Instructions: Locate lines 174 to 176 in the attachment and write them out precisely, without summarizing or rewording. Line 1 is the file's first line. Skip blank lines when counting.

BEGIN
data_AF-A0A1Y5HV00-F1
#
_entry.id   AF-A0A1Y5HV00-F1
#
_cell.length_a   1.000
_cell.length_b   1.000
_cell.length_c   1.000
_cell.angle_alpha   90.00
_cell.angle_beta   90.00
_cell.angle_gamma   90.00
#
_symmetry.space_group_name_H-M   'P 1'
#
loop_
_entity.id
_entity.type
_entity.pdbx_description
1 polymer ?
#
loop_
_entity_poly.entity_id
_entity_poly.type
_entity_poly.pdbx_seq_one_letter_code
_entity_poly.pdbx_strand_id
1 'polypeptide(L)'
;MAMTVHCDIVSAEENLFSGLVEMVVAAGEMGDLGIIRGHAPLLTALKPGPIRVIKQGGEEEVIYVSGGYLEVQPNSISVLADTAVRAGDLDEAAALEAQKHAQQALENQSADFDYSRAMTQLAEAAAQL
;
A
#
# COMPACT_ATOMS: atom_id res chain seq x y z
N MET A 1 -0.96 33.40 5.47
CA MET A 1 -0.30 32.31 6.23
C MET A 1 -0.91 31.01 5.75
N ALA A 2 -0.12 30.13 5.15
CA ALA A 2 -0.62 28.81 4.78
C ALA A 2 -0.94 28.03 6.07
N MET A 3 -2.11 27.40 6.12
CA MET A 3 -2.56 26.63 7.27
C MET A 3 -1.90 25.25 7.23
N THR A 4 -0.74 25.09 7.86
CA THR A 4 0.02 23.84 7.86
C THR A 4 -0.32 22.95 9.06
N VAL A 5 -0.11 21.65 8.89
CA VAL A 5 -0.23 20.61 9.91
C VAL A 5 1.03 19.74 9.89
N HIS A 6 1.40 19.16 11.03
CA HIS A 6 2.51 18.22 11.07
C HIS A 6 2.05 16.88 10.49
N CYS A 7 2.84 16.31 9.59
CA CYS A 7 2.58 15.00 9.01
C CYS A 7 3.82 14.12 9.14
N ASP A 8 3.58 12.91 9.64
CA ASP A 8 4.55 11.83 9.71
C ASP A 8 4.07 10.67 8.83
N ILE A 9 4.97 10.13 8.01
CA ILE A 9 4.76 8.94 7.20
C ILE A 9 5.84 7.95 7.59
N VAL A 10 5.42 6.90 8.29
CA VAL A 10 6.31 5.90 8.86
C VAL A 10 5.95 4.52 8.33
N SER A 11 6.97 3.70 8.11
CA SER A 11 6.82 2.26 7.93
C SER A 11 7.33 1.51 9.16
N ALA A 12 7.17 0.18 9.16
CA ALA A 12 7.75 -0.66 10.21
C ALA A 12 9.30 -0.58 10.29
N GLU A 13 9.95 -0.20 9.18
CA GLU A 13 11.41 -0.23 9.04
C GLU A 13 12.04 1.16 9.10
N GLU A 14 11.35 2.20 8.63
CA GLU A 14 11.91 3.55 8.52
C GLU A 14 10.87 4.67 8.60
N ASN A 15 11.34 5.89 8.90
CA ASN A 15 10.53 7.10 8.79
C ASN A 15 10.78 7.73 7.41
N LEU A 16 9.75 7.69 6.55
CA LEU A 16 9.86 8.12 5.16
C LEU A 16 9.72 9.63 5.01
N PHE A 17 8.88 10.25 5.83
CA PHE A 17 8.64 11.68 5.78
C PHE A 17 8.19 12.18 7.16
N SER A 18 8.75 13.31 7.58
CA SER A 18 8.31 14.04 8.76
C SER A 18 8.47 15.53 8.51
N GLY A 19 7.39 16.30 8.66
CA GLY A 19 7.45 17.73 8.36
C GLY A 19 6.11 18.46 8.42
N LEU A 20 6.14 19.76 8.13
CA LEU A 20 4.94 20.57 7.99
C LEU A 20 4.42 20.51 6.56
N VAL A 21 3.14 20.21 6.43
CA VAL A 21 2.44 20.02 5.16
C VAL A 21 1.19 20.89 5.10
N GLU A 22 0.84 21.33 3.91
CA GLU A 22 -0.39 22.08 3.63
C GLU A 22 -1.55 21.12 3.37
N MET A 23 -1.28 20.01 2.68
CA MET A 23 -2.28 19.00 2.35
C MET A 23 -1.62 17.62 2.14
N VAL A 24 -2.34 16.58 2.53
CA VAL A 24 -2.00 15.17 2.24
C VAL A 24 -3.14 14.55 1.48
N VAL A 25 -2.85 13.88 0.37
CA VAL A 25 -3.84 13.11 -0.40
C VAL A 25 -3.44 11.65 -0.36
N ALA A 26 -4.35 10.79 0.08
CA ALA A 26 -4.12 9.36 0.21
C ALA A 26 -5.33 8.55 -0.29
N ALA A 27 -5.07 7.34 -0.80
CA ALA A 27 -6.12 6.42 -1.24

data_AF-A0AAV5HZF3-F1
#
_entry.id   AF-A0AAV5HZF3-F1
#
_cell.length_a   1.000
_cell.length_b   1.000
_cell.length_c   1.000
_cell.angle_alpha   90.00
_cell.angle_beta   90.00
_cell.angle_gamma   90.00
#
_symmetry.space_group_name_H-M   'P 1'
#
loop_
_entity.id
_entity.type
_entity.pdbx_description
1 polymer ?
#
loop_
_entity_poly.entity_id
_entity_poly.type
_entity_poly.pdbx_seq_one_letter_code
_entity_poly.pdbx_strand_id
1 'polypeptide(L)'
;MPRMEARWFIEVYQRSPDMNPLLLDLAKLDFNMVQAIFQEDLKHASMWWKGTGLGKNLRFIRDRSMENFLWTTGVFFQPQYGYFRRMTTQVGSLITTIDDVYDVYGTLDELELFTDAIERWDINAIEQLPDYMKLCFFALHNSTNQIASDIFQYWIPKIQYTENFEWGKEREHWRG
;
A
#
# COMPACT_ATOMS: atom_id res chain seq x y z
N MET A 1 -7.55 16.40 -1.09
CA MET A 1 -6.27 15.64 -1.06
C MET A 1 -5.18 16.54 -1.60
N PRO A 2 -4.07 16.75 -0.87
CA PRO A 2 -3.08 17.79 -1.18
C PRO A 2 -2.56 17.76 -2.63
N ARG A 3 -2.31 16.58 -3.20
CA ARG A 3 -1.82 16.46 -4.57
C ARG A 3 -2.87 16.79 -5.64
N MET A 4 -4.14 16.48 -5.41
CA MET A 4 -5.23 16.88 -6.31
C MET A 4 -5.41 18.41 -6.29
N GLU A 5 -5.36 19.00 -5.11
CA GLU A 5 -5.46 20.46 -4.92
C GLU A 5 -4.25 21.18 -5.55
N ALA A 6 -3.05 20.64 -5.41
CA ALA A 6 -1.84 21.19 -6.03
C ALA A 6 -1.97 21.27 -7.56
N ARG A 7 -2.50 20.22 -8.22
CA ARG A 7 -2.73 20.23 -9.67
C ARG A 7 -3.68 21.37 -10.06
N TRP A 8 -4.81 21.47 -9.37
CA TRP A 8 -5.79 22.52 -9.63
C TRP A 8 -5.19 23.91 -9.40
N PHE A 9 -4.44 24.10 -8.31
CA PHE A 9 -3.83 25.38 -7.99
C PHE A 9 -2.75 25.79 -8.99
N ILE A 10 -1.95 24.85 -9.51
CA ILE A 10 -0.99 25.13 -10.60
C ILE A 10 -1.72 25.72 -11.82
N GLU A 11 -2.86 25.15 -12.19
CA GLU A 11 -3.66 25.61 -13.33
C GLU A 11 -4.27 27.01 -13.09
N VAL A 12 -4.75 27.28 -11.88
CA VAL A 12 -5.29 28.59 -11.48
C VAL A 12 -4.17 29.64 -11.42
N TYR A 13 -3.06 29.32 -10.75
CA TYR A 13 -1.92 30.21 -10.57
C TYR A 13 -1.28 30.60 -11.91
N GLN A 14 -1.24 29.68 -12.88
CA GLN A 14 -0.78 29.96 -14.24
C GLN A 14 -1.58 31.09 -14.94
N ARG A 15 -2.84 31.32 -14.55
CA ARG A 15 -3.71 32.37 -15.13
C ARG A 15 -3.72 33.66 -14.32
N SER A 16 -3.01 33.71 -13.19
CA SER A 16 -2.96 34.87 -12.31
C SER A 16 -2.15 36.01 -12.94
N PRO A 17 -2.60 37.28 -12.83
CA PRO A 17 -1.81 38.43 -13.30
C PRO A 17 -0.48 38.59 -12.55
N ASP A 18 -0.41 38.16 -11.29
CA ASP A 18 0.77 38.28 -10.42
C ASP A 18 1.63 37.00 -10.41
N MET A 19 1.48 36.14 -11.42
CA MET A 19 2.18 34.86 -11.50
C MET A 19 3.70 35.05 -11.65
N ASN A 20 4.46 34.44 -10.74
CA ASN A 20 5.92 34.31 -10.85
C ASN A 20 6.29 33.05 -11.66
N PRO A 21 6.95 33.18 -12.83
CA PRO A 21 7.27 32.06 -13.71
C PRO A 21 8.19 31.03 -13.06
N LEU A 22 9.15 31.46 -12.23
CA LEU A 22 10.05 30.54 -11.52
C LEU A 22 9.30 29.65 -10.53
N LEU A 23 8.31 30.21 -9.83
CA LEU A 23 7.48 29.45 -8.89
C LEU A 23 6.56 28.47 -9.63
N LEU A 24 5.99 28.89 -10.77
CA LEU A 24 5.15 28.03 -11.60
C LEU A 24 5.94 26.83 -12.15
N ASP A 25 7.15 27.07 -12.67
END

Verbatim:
N VAL A 12 -4.75 27.28 -11.88
CA VAL A 12 -5.29 28.59 -11.48
C VAL A 12 -4.17 29.64 -11.42